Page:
Friday, March 25, 2011

D is for Diversity... and drills, dovetails and discoidals

D is for drill, dovetail and discoidal. To be sure, all three artifact types are associated with the prehistoric archaeological record of Pennsylvania. As well, they are found in other regions of the continental United States and their morphologies differ greatly. These objects served a variety of functions and some are only found during certain periods in human prehistory.

Examples of stone drills

DRILL: Talk to any flintknapper or experimental archaeologist and they will tell you to successfully fashion a fragile six inch long stone drill takes much time, know-how and above all, a good deal of luck. Hence it is not surprising that most of the drills found in the Susquehanna and Delaware River Valleys dating to the Transitional period (ca. 3000-4000 BP) are broken. The wear patterns exhibited on these tools show striated and polished edges that are oriented perpendicular to the long axis of the bit. This wear occurs from drilling into a hardened surface such as a steatite bowl or slate pendent. However, some of the longer specimens do not show any wear patterns at all, suggesting some other function or a non-utilitarian role within this society. Some are obviously hafted and some are not. Hafting a drill is simply a matter of notching its basal end (the part opposite the tip). Drills without a hafting element were likely secured into bone or wooden handles thereby allowing for easier manipulation of the tool during the drilling process.

Various examples of hafted drills including a pumped, revolving disc drill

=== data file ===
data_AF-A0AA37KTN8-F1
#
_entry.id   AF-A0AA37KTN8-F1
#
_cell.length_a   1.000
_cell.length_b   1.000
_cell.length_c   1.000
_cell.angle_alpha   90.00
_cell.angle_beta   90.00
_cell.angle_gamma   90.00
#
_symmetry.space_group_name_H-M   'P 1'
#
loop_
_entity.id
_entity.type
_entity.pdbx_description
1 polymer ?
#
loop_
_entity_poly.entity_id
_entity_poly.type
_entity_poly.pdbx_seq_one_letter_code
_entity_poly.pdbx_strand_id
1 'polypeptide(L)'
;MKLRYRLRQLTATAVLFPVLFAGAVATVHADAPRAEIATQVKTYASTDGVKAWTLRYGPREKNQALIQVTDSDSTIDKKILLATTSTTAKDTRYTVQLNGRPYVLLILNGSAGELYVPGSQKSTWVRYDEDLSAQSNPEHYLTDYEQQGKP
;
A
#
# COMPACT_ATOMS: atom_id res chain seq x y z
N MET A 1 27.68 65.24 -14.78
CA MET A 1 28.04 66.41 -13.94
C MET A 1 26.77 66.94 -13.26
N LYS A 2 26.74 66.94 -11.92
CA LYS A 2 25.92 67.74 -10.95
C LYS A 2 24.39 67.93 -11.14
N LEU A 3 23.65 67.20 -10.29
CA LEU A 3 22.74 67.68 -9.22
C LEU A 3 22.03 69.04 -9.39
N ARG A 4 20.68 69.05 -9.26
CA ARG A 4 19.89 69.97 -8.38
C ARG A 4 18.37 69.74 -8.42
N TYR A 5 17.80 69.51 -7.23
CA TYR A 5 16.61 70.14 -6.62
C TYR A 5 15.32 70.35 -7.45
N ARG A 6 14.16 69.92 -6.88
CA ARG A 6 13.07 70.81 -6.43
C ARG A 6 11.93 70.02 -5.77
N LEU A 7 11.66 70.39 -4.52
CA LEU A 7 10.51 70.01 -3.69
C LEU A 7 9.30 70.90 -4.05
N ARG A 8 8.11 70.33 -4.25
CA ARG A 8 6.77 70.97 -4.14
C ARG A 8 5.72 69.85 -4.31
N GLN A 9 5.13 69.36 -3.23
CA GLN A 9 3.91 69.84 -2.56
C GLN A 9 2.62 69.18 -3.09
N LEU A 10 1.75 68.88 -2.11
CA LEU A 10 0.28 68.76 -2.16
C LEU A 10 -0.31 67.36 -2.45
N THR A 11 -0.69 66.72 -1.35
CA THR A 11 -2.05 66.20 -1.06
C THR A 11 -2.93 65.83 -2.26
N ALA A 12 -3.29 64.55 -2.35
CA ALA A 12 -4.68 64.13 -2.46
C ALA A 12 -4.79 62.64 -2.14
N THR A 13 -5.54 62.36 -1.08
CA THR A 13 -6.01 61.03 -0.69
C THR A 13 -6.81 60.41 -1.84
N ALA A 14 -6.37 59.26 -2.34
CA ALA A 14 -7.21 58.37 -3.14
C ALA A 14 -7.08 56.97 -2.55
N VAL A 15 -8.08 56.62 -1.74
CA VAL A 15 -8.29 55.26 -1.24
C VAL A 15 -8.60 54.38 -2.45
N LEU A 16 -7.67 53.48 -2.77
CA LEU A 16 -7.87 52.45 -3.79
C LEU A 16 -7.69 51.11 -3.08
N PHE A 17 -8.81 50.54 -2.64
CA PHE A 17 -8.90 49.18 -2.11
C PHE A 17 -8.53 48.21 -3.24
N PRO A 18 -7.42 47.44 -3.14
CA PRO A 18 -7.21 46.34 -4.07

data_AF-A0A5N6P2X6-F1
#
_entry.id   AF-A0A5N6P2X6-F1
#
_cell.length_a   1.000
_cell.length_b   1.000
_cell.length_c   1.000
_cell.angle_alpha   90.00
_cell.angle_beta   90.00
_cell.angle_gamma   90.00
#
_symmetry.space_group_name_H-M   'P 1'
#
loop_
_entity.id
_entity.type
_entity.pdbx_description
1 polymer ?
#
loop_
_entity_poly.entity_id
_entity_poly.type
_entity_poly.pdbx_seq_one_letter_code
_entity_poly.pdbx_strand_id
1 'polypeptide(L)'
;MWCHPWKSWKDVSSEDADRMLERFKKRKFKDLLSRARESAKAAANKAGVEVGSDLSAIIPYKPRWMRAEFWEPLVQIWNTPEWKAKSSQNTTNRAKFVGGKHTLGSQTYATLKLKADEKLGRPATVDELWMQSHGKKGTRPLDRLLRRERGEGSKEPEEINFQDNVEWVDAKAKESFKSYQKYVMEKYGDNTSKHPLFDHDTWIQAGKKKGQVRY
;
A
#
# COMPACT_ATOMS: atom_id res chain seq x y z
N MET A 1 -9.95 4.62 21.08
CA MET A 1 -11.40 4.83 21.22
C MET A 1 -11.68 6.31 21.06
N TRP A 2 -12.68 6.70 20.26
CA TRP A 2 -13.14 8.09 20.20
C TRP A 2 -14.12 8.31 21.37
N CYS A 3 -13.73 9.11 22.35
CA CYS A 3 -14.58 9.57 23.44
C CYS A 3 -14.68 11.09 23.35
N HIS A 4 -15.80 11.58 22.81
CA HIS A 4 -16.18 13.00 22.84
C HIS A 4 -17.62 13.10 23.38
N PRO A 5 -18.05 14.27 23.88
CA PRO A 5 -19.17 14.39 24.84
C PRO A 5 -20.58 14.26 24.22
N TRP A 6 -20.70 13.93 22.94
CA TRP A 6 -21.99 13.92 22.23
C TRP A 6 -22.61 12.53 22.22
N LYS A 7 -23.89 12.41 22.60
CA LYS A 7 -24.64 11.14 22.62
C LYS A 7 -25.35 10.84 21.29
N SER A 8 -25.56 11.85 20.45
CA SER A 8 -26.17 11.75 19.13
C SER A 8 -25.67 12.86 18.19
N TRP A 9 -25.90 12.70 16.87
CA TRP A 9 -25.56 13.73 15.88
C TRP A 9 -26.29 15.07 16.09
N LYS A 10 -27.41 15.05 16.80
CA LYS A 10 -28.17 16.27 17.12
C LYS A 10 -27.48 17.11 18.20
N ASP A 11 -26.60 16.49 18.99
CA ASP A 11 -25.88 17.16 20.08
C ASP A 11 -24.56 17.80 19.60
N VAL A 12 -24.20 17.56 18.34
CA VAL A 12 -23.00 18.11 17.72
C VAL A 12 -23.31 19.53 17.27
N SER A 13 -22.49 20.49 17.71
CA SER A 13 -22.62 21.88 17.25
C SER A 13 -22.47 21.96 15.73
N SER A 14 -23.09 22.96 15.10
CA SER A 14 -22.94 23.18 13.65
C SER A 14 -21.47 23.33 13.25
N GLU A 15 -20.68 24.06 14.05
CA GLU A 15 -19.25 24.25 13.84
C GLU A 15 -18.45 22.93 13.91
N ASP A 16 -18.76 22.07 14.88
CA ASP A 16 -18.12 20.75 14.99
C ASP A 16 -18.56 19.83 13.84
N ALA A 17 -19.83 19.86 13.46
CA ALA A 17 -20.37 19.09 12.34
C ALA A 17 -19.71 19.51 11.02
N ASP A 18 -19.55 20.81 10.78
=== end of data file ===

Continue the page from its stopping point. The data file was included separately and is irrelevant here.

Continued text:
Assorted drilled steatite vessel and pendant examples

Drilled gorgets

Dovetail Point

Dovetail: In Pennsylvania, dovetail points and knives are commonly associated with the Middle Woodland Hopewell Period (ca.1500 – 2100 BP). These artifacts occur in burial mounds of the Squakie Hill Phase in western and northwestern Pennsylvania. The associated habitation sites are rare and poorly known. Dovetail points and knives are usually carefully made from high quality cherts, jaspers and chalcedonies traded from quarry sites far from their places of discovery. This observation argues that some form of trade and exchange of goods was operating between groups of the Middle Woodland Period. In the mid-west this manifestation has been named the Hopewell Interaction Sphere. Since prehistoric cultures were never static, it is no wonder that dovetail points have been found on many sites in numerous geographical settings but their numbers are never great at any one site.

Discoidals found in Pennsylvania

Discoidals: Discoidals or chunky stones seem to appear at sites dating late in Pennsylvania prehistory. In southwestern Pennsylvania they are principally found on Late Prehistoric villages (1100- 500 BP) of the Monongahela Culture. Discoidal stones look much like a prehistoric hockey puck, although they were not used for that purpose! Instead they were used in the game of chunkey. This game allowed a person to hone their spear throwing skill by throwing a stick at a rolling chunkey stone, hoping to either knock over the stone or land their stick closest to where the stone stopped . A few specimens have a concavity on each of its flat sides that can end as a perforation in the center of the stone. Some discoidals are made from fine to medium coarse grained sandstones from local source outcrops. While the more elaborate examples generally found at Mississippian sites further west in the Ohio/Mississippivalley or in the south, are often made from more resistant stone such as granite. Examples of discoidal stones in the archaeological collections of The State Museum of Pennsylvania reveal some hint as to their method of manufacture. A discoidal starts out as tabular stone that has been roughly chipped into a disc-shape. The irregular rough edges are then ground down to create the final shape. Engraved shell gorgets and pipe stones discovered at some Mississippian sites of the mid-West depict discoidals being used in contests whereby the individual is seen in a crouched posture ready to roll the discoidal along the ground.

A color example of a shell gorget found in Kentucky picturing a chunkey player

A chunkey player carved in pipe stone found in Oklahoma

For more information, visit or the Hall of Anthropology and Archaeology at The State Museum of Pennsylvania .

1 comment:

  1. Very interesting, thank you.